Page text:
From the above passages, it is clear that there were at least sixteen people who were called to the office of apostle in the New Testament church.
Some will ask the question, "How could God continue to call apostles after Christ's work was finished and there were no more believers left who had directly observed Christ's ministry?" The underlying assumption behind this question is that God ceases to reveal His will to man, that He is now silent.
The fact is that God is very much alive and is actively involved in the affairs of men. He continues to reveal His will to His church. Even after Christ died on the cross, He revealed Himself to Saul of Tarsus on the road to Damascus. This man, who was not an eyewitness of Christ's ministry on earth, became one of the greatest apostles of the New Testament church. If He can reveal Himself to Saul, He can call other apostles as well. This is in keeping with the passage in Ephesians.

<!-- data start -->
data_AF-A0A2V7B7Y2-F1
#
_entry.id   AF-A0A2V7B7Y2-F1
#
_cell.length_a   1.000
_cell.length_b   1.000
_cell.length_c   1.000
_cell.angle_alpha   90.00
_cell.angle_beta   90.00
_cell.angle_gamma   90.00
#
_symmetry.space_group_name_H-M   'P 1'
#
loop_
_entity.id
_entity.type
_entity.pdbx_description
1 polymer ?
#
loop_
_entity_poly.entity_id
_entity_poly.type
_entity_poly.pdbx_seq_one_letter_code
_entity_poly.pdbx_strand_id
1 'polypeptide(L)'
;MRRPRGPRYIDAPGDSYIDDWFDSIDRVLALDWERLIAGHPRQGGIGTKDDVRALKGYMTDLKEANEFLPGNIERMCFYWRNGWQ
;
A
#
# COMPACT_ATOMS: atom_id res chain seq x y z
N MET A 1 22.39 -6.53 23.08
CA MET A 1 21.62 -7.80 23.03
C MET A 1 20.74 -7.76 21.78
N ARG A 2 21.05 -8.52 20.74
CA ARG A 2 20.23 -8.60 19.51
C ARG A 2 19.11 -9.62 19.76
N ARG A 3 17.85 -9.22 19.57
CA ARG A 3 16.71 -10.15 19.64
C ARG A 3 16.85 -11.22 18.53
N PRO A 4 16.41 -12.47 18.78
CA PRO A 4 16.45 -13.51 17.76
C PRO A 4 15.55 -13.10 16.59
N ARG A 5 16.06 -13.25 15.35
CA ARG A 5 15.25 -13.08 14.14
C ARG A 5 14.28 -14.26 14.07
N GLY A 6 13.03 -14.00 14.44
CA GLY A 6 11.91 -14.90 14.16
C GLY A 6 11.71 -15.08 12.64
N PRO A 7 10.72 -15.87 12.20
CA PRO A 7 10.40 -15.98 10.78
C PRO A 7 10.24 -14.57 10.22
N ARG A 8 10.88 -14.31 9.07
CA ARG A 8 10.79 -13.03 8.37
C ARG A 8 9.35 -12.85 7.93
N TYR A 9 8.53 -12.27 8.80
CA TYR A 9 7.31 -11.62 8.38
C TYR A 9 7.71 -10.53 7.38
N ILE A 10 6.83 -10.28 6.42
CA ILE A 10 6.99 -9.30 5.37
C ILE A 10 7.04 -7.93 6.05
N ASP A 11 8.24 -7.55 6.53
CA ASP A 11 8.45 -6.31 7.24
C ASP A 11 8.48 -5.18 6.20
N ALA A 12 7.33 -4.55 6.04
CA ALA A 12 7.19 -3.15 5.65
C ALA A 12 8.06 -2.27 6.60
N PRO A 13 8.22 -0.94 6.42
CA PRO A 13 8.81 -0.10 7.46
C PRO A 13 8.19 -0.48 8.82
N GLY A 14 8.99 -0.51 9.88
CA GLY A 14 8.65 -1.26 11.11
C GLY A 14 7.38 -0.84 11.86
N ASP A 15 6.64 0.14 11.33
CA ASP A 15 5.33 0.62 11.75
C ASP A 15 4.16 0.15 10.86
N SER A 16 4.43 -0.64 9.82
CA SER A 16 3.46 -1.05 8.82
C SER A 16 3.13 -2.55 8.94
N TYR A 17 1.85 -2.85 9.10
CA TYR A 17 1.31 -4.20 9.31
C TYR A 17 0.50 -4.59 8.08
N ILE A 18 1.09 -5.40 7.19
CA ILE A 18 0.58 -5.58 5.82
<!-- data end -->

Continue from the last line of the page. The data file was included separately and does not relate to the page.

Nowhere in the New Testament does it positively state that God intended for the office of apostle to cease at the end of some "apostolic age." There simply is no scriptural evidence to sustain this view. But the Ephesian letter does say that apostles will continue until the church achieves a specific spiritual level. That level of spirituality has not occurred. So apostles are still needed in Christ's church.